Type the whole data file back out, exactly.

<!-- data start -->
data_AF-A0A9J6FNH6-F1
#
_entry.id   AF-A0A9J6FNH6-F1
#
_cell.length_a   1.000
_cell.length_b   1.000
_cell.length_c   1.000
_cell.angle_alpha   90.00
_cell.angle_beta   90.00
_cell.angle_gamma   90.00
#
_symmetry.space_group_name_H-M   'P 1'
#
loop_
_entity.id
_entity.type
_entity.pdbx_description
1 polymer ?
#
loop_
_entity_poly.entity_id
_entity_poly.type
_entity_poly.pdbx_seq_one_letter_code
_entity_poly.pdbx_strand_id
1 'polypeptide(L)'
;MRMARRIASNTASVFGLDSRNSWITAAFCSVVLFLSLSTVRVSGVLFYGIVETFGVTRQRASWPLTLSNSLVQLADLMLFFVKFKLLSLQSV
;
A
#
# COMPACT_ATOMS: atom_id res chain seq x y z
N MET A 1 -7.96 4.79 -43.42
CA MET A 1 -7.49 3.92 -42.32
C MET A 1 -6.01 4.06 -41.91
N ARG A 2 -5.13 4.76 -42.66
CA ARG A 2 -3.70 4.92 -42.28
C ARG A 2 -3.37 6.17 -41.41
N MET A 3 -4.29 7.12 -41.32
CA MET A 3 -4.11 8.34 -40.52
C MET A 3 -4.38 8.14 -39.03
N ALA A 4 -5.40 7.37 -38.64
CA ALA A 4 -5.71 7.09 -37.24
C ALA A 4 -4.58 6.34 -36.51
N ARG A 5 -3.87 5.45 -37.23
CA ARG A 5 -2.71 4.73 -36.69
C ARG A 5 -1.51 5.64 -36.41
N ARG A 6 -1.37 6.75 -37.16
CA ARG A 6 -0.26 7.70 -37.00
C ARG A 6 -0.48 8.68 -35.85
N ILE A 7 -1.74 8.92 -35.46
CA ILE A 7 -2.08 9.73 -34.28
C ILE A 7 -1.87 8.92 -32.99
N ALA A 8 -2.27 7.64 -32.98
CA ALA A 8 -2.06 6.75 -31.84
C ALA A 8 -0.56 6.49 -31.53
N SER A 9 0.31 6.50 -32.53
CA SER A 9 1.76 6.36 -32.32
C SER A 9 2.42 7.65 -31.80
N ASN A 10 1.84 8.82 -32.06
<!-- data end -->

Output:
data_AF-A0A9J6FNH6-F1
#
_entry.id   AF-A0A9J6FNH6-F1
#
_cell.length_a   1.000
_cell.length_b   1.000
_cell.length_c   1.000
_cell.angle_alpha   90.00
_cell.angle_beta   90.00
_cell.angle_gamma   90.00
#
_symmetry.space_group_name_H-M   'P 1'
#
loop_
_entity.id
_entity.type
_entity.pdbx_description
1 polymer ?
#
loop_
_entity_poly.entity_id
_entity_poly.type
_entity_poly.pdbx_seq_one_letter_code
_entity_poly.pdbx_strand_id
1 'polypeptide(L)'
;MRMARRIASNTASVFGLDSRNSWITAAFCSVVLFLSLSTVRVSGVLFYGIVETFGVTRQRASWPLTLSNSLVQLADLMLFFVKFKLLSLQSV
;
A
#
# COMPACT_ATOMS: atom_id res chain seq x y z
N MET A 1 -7.96 4.79 -43.42
CA MET A 1 -7.49 3.92 -42.32
C MET A 1 -6.01 4.06 -41.91
N ARG A 2 -5.13 4.76 -42.66
CA ARG A 2 -3.70 4.92 -42.28
C ARG A 2 -3.37 6.17 -41.41
N MET A 3 -4.29 7.12 -41.32
CA MET A 3 -4.11 8.34 -40.52
C MET A 3 -4.38 8.14 -39.03
N ALA A 4 -5.40 7.37 -38.64
CA ALA A 4 -5.71 7.09 -37.24
C ALA A 4 -4.58 6.34 -36.51
N ARG A 5 -3.87 5.45 -37.23
CA ARG A 5 -2.71 4.73 -36.69
C ARG A 5 -1.51 5.64 -36.41
N ARG A 6 -1.37 6.75 -37.16
CA ARG A 6 -0.26 7.70 -37.00
C ARG A 6 -0.48 8.68 -35.85
N ILE A 7 -1.74 8.92 -35.46
CA ILE A 7 -2.08 9.73 -34.28
C ILE A 7 -1.87 8.92 -32.99
N ALA A 8 -2.27 7.64 -32.98
CA ALA A 8 -2.06 6.75 -31.84
C ALA A 8 -0.56 6.49 -31.53
N SER A 9 0.31 6.50 -32.53
CA SER A 9 1.76 6.36 -32.32
C SER A 9 2.42 7.65 -31.80
N ASN A 10 1.84 8.82 -32.06